Sauber have been through another typical season - which means that for most of the time you would barely know they were there.
The bad news for the Swiss team, though, was that they also went backwards in dramatic style after two strong seasons when they were comfortably "best of the rest".
Only an impressive third place by Heinz-Harald Frentzen in the wet at Indianapolis kept the team in the battle for fifth place in the constructors' championship - a position they held with some ease in 2001-2.
And it seemed only just that in the final analysis the position went to BAR, who can justifiably argue that they had the best car outside the big four.
Sauber have not been helped by the massive performance gains made over the winter by Michelin - the Swiss outfit use the rival Bridgestone tyres.
But by the same token it is clear that the 2003 Sauber is no dream machine.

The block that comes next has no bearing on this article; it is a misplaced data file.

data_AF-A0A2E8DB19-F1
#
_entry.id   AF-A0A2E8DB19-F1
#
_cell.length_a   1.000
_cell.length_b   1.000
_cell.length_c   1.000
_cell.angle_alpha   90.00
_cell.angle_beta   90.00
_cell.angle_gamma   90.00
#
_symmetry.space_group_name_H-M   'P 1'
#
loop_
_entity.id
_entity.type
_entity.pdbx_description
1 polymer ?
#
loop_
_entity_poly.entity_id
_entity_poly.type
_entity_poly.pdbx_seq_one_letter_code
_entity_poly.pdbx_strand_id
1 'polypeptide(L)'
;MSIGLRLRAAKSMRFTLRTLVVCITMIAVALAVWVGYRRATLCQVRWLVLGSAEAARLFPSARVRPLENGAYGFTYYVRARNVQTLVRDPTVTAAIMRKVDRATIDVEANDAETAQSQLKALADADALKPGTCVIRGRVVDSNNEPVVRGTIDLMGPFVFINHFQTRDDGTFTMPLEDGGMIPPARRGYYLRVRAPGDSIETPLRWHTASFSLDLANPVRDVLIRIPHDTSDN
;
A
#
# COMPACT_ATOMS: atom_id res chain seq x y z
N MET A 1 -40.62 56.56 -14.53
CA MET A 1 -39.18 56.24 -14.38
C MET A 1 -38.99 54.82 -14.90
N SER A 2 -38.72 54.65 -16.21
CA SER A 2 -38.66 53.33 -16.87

Sauber face a constant struggle for funds, and only in 2001 did they give any signs of moving forward, and - as team boss Peter Sauber admitted - that was due more than anything to an improved driver line-up over .
Sauber do a very good job on a budget that, contrary to appearances, is one of the smallest in the pit lane.
The team is well turned-out and unobtrusive, the car is solid and usually reliable - and often contains the odd innovation that is later picked up by the top teams - and they can be counted on to score a hatful of points.
But, perhaps befitting Sauber's Swiss nationality, those points come through steadiness not flashiness.
Sauber pay through the nose for their Ferrari customer engine deal, but it makes sense because the powerful, usually bullet-proof engines give them a solid base.
In 2003, however, their status as a privateer with a limited budget became more obvious than ever.